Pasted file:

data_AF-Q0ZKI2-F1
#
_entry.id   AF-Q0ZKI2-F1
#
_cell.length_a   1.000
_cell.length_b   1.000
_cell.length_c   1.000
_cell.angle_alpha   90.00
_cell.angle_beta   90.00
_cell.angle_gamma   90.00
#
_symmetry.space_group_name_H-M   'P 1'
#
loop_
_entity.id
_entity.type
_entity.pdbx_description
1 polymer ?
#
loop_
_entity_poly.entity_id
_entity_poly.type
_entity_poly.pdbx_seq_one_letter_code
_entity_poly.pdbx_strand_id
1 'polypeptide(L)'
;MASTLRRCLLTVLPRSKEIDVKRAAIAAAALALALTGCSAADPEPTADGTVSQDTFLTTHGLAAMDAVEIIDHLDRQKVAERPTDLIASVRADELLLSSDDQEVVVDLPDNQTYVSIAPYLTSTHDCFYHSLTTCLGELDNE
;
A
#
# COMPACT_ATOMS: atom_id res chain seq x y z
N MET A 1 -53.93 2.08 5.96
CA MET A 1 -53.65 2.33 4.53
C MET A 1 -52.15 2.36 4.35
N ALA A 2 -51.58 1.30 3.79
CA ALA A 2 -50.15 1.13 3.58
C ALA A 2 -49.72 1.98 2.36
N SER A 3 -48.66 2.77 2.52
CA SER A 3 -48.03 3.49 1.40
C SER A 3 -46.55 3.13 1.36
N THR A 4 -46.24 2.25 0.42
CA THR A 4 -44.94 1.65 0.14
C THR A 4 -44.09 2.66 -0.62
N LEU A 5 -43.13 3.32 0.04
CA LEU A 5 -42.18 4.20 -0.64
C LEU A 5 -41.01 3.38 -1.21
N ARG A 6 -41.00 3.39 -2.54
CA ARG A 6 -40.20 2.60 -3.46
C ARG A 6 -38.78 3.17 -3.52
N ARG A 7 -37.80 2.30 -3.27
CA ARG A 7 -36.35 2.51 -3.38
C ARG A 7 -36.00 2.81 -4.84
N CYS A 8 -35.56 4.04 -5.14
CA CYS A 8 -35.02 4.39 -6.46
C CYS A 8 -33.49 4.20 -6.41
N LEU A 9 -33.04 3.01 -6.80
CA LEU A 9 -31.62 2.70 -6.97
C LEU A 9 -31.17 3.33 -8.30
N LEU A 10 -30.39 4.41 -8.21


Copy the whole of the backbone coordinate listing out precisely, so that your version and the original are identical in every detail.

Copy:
data_AF-Q0ZKI2-F1
#
_entry.id   AF-Q0ZKI2-F1
#
_cell.length_a   1.000
_cell.length_b   1.000
_cell.length_c   1.000
_cell.angle_alpha   90.00
_cell.angle_beta   90.00
_cell.angle_gamma   90.00
#
_symmetry.space_group_name_H-M   'P 1'
#
loop_
_entity.id
_entity.type
_entity.pdbx_description
1 polymer ?
#
loop_
_entity_poly.entity_id
_entity_poly.type
_entity_poly.pdbx_seq_one_letter_code
_entity_poly.pdbx_strand_id
1 'polypeptide(L)'
;MASTLRRCLLTVLPRSKEIDVKRAAIAAAALALALTGCSAADPEPTADGTVSQDTFLTTHGLAAMDAVEIIDHLDRQKVAERPTDLIASVRADELLLSSDDQEVVVDLPDNQTYVSIAPYLTSTHDCFYHSLTTCLGELDNE
;
A
#
# COMPACT_ATOMS: atom_id res chain seq x y z
N MET A 1 -53.93 2.08 5.96
CA MET A 1 -53.65 2.33 4.53
C MET A 1 -52.15 2.36 4.35
N ALA A 2 -51.58 1.30 3.79
CA ALA A 2 -50.15 1.13 3.58
C ALA A 2 -49.72 1.98 2.36
N SER A 3 -48.66 2.77 2.52
CA SER A 3 -48.03 3.49 1.40
C SER A 3 -46.55 3.13 1.36
N THR A 4 -46.24 2.25 0.42
CA THR A 4 -44.94 1.65 0.14
C THR A 4 -44.09 2.66 -0.62
N LEU A 5 -43.13 3.32 0.04
CA LEU A 5 -42.18 4.20 -0.64
C LEU A 5 -41.01 3.38 -1.21
N ARG A 6 -41.00 3.39 -2.54
CA ARG A 6 -40.20 2.60 -3.46
C ARG A 6 -38.78 3.17 -3.52
N ARG A 7 -37.80 2.30 -3.27
CA ARG A 7 -36.35 2.51 -3.38
C ARG A 7 -36.00 2.81 -4.84
N CYS A 8 -35.56 4.04 -5.14
CA CYS A 8 -35.02 4.39 -6.46
C CYS A 8 -33.49 4.20 -6.41
N LEU A 9 -33.04 3.01 -6.80
CA LEU A 9 -31.62 2.70 -6.97
C LEU A 9 -31.17 3.33 -8.30
N LEU A 10 -30.39 4.41 -8.21